Sunday, July 26, 2009

World of Illusion Starring Mickey Mouse and Donald Duck- Genesis- Sega

I grew up watching the Disney Channel, and didn't even know thatt Nickelodeon or Cartoon Network existed until I was nearing ten. So, it should probably come as no surprise that I played a lot of Disney games during my youth and especially anything that offered the ability to play as that cantankerous duck in a sailor suit, Donald. It just so happens that Sega's 1992 World of Illusion offered me such a treat, and I was quick to be in line for that magic show. So is the game as magical as I remember or did Sega drop the deck mid shuffle?

The story is fairly simple. Mickey and Donald are practicing their magic act, when Donald is startled by one of the tricks, causing him to fall backwards through the curtains. This leads the two to discover a magical disappearing box. Donald, deciding that it'd be great addition to their act, hops in and immediately vanishes. Mickey, worried about his friend, begins to search for the trap door in the box when he too vanishes. As the two plummet into another world, they hear a voice telling them that besting him in magic is the only way he'll allow them to escape from his domain. Now, Mickey and Donald must traverse this world of magic and illusion if they ever want to see home again.

Visually, the game is gorgeous with detailed spirits and fluid animations. The world is as bright and cheerful as one would expect from the House of Mouse and Sega, and the levels exude that charm that is all but mandatory in a Disney game.

Though there are only 5 levels, each seems to to send the player to a multitude of various locations. From the forests to the mountains and under the sea, Donald and Mickey will be whisked to several beautiful and whimsical areas, and that doesn't even cover the stranger stages like a giant study, a world of cookies, or wonderland itself.

The enemy sprites are either pulled straight from various Disney movies and shorts, or they are made up of common characters that have been tweaked to make them fit into the theme of the level, such as Tweedledee and Tweedledum being redone as poppers for the Christmas Tree level.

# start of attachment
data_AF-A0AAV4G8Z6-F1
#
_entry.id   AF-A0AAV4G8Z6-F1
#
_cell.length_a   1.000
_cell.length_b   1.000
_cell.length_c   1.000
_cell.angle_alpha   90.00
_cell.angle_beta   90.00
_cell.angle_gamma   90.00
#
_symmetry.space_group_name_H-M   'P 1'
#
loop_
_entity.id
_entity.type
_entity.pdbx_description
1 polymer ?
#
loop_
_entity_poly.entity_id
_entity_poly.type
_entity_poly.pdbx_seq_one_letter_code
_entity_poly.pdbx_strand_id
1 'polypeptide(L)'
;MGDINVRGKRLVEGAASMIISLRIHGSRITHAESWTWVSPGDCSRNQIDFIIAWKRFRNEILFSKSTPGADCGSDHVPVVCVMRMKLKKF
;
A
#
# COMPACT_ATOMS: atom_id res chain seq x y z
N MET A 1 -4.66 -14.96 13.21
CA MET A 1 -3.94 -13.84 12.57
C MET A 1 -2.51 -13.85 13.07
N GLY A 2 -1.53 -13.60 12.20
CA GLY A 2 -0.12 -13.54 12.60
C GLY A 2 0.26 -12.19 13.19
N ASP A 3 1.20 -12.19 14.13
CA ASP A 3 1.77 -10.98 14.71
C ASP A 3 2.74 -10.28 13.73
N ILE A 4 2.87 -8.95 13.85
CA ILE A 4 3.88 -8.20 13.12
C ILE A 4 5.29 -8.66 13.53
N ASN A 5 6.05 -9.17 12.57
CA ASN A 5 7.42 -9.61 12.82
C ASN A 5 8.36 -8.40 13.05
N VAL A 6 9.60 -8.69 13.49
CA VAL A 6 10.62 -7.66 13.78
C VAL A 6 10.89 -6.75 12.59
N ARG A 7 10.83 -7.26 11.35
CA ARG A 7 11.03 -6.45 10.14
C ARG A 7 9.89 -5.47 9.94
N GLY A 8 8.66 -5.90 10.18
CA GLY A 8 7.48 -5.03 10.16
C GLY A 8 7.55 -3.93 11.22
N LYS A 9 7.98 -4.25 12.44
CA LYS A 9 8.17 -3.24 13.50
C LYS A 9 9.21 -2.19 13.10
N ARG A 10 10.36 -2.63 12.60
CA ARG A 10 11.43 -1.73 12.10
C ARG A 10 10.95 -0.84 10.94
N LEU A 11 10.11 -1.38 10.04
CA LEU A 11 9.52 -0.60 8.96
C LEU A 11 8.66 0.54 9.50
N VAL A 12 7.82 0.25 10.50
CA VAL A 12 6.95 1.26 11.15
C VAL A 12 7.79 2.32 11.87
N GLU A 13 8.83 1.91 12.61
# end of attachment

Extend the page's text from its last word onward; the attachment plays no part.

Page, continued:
The gameplay is fairly simple. The A button runs, B attacks, and C jumps. Though simple, the layout controls feels a bit awkward, especially as I like having the run button close to jump. Luckily, the controls are fully customizable, and it seems that their is no difference between a walking jump and a running jump.

As the game was meant for children, the action is of a nonviolent nature. The attack button cause Donald or Mickey to swing out a magical cape, which transforms their enemies into harmless magical items such as a dove or a card. Whether that is a worse fate than death, I'm not entirely sure.

The game is also very short. I was able to beat the game in about forty minutes the first time through as Donald, in about thirty as Mickey, and in about an hour during the two player mode. World of Illusion isn't a game that would last a seasoned platformer very long, but it's the perfect length for kids.

Luckily, though short, the game does have a good bit of replayability, due eniterly to the fact that each character has a unique segment in each of the five levels. The levels follow a specific pattern by starting the characters in a shared environment before sending them to their own section, which is followed by another shared section, which ends in a boss battle.

It is my opinion that the differences between each characters levels replaces the difficulty options. For example, during the third level (an underwater level), Mickey is able to crawl through a small gap and ends up in the belly of a whale. Donald, on the other hand, can't fit his large rump through the gap and is forced to double back and swim to the surface for a more challenging platforming section. Of course, if the game were being played by two players, than Mickey would be able to pull Donald through the gap, which would send the pair to either Atlantis or a bizarrely dry version of King Triton's Palace.